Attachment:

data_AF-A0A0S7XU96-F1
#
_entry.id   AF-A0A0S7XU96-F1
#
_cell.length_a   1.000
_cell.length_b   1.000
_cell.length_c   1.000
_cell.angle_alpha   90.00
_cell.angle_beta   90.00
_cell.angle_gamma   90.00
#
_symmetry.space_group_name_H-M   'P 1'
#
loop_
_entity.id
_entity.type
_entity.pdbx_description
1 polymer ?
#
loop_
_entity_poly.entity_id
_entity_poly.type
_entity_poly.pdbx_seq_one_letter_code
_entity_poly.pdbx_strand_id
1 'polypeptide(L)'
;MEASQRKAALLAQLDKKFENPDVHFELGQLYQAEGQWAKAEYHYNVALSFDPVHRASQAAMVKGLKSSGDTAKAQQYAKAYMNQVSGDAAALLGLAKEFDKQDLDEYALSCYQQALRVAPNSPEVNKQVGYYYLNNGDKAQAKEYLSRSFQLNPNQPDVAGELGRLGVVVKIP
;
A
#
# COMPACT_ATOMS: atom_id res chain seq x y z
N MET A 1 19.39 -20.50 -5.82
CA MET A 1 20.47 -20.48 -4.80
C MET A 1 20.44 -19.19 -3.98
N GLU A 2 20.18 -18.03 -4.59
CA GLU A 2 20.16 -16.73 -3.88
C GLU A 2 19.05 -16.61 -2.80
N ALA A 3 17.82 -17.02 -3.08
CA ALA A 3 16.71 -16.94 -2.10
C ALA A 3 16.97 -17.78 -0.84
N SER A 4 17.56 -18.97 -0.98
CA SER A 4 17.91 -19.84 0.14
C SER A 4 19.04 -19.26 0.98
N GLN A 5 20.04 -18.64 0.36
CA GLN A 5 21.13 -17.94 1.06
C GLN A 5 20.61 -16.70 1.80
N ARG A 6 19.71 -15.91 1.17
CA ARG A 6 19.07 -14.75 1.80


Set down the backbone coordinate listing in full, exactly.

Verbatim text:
data_AF-A0A0S7XU96-F1
#
_entry.id   AF-A0A0S7XU96-F1
#
_cell.length_a   1.000
_cell.length_b   1.000
_cell.length_c   1.000
_cell.angle_alpha   90.00
_cell.angle_beta   90.00
_cell.angle_gamma   90.00
#
_symmetry.space_group_name_H-M   'P 1'
#
loop_
_entity.id
_entity.type
_entity.pdbx_description
1 polymer ?
#
loop_
_entity_poly.entity_id
_entity_poly.type
_entity_poly.pdbx_seq_one_letter_code
_entity_poly.pdbx_strand_id
1 'polypeptide(L)'
;MEASQRKAALLAQLDKKFENPDVHFELGQLYQAEGQWAKAEYHYNVALSFDPVHRASQAAMVKGLKSSGDTAKAQQYAKAYMNQVSGDAAALLGLAKEFDKQDLDEYALSCYQQALRVAPNSPEVNKQVGYYYLNNGDKAQAKEYLSRSFQLNPNQPDVAGELGRLGVVVKIP
;
A
#
# COMPACT_ATOMS: atom_id res chain seq x y z
N MET A 1 19.39 -20.50 -5.82
CA MET A 1 20.47 -20.48 -4.80
C MET A 1 20.44 -19.19 -3.98
N GLU A 2 20.18 -18.03 -4.59
CA GLU A 2 20.16 -16.73 -3.88
C GLU A 2 19.05 -16.61 -2.80
N ALA A 3 17.82 -17.02 -3.08
CA ALA A 3 16.71 -16.94 -2.10
C ALA A 3 16.97 -17.78 -0.84
N SER A 4 17.56 -18.97 -0.98
CA SER A 4 17.91 -19.84 0.14
C SER A 4 19.04 -19.26 0.98
N GLN A 5 20.04 -18.64 0.36
CA GLN A 5 21.13 -17.94 1.06
C GLN A 5 20.61 -16.70 1.80
N ARG A 6 19.71 -15.91 1.17
CA ARG A 6 19.07 -14.75 1.80